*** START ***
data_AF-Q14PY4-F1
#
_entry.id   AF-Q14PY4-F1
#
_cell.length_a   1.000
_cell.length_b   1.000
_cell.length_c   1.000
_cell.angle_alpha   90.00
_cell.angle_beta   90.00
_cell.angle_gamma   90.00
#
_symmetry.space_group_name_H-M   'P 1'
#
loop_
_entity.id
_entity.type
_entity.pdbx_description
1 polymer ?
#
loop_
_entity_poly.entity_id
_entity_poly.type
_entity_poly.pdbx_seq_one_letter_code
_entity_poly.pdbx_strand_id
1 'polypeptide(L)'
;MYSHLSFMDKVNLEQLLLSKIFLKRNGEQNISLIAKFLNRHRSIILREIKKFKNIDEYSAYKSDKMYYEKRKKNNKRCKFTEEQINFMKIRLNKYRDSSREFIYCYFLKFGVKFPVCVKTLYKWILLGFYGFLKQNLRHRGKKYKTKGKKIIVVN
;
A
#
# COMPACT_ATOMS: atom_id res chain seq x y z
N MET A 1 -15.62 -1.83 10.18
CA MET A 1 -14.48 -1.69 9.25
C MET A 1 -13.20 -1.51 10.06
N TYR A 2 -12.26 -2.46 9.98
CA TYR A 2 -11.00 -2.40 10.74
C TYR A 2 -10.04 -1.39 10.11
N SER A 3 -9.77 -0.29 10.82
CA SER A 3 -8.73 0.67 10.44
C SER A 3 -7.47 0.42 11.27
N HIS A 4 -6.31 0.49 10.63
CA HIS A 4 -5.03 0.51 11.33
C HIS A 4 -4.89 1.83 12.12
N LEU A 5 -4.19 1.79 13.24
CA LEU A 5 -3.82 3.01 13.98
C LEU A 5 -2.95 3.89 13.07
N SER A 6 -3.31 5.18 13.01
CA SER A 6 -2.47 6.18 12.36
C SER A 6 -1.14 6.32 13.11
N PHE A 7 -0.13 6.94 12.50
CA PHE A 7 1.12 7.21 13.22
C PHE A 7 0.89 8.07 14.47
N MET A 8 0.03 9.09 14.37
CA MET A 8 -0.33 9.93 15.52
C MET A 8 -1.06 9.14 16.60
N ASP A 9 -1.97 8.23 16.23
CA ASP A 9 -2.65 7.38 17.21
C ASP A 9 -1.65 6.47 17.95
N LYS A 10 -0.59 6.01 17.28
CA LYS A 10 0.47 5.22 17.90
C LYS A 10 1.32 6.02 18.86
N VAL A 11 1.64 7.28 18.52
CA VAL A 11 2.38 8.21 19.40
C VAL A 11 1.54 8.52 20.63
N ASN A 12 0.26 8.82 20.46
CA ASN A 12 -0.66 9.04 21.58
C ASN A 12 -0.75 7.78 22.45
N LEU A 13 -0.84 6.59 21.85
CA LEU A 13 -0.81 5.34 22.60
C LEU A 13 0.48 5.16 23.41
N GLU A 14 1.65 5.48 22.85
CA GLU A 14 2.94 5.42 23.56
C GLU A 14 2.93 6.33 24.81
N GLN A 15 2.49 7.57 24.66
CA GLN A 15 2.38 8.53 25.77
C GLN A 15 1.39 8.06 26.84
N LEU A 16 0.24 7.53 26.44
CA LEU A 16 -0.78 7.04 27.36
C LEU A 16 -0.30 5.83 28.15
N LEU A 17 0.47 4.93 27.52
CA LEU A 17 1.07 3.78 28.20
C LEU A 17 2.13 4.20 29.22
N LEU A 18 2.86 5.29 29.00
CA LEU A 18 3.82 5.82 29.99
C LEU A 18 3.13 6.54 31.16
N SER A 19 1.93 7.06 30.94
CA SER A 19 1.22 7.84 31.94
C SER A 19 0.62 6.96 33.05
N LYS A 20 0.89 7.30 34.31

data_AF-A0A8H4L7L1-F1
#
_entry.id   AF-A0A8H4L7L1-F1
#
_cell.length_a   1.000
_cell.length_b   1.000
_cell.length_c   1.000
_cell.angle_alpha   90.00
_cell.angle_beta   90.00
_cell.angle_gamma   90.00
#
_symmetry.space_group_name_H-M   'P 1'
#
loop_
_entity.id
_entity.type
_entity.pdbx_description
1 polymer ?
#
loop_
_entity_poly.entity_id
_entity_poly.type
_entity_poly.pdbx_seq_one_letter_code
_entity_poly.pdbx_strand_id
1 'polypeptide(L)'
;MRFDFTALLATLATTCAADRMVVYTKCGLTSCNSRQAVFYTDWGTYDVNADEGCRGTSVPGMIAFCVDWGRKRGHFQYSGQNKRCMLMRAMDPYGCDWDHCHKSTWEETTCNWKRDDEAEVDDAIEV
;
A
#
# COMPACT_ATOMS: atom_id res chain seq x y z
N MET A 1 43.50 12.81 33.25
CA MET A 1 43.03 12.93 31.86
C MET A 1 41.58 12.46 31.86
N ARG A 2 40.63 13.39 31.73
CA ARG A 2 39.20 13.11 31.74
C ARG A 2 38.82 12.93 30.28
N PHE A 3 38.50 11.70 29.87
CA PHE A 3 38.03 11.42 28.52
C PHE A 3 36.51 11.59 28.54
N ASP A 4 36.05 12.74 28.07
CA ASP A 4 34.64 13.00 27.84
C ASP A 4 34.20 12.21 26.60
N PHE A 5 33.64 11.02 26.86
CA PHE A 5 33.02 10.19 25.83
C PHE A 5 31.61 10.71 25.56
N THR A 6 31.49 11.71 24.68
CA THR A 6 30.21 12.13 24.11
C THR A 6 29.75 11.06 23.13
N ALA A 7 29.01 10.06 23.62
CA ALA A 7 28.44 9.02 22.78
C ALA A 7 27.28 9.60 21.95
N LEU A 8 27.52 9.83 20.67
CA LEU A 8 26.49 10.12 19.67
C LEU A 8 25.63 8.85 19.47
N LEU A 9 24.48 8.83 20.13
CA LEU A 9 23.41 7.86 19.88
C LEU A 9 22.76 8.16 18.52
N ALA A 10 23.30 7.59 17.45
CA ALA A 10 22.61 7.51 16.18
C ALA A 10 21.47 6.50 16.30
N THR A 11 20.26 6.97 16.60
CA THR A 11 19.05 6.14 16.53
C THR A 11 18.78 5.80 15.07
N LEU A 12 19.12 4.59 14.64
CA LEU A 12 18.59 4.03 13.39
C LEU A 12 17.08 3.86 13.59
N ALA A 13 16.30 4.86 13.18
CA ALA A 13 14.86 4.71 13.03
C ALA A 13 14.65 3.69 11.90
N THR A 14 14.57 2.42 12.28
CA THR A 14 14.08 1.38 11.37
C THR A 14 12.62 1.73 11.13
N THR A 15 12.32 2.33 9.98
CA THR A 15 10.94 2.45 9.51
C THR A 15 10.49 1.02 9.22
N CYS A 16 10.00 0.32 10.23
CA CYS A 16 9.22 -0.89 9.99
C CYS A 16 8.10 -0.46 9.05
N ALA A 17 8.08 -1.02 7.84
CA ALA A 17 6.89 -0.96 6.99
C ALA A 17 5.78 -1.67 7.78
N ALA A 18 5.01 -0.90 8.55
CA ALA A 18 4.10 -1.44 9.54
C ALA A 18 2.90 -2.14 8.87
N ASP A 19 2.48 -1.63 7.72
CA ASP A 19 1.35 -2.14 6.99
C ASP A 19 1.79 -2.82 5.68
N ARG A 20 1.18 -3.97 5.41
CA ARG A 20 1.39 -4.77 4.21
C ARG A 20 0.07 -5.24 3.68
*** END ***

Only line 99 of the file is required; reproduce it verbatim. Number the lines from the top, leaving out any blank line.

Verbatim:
#